In fact, for a while, this updating seemed both half-hearted and a bit confusing. If Lear really was a military dictator, why did everyone keep calling him a king? Why were there no modern media in evidence as the country/kingdom fell apart? Why did Goneril live in a contemporary home counties mansion, but Gloucester in an old-style Tudor palace? Why, for that matter, were 21st-century people swearing ‘by Apollo’?

Gradually, though, it became apparent that these inconsistencies were a deliberate attempt to reimagine Shakespeare’s ahistorical world where realism and myth jostle together. Admittedly, even when you did appreciate this, there were some jarring moments. The refugee camp in the storm scene felt like a somewhat desperate stab at shoehorning in some ‘relevance’. The climactic hi-tech battle in the suburbs of Dover (complete with Cordelia in military fatigues) seemed like something that the original military-dictatorship conception meant that Eyre was rather stuck with. Nonetheless, the overall result definitely served to remind us of just what a strange, and at times utterly wild, play this is.”

I enjoyed it.

Lastly, we did succumb to a West End musical … Kiss me Kate. Rather banal dialogue but wonderful, wonderful Cole Porter music. The lady behind summed up the evening when she was overheard to say to her partner:  “I’m so glad you brought me, this is so much fun”.  Of course we sang “Brush Up your Shakespeare” all the way home.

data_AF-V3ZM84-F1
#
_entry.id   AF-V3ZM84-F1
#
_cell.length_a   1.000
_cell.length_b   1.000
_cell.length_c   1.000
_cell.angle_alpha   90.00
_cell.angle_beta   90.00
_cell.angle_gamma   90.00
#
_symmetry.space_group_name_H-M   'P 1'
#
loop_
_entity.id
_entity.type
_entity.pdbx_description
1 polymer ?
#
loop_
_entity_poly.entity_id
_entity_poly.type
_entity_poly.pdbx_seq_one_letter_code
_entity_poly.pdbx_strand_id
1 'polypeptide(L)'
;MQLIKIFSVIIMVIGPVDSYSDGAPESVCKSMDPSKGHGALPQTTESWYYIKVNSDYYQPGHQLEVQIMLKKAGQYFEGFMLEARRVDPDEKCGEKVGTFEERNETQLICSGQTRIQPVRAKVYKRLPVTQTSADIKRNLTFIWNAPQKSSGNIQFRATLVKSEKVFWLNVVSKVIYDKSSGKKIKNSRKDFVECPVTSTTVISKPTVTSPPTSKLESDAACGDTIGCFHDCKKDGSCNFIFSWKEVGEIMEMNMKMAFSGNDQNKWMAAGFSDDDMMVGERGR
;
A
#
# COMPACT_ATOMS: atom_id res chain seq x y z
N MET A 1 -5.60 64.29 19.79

Kiss Me Kate


Moora to home base

We woke up to a very cold morning, it was difficult to get out of bed. We used the heater for a while whilst we had showers. We were feeling relaxed about the journey home and didn’t feel we had to hurry to get ready.

The journey home was a bit more challenging once we were on the Great Northern Highway, with quite a lot of traffic, including trucks. New Norcia is now on a bypass and has a good parking area for tourists near the museum. There were new toilets. A young woman in a campervan asked if I would like some of her food as she had to give the van back, we scored some cooking oil, rice and peanut butter. I found a powerpoint and used it to grind some beans.

Due the bypass, we weren’t expecting the service station to be doing well, but it was looking quite smart and the cafe has been renovated. They still offer powered sites for caravans.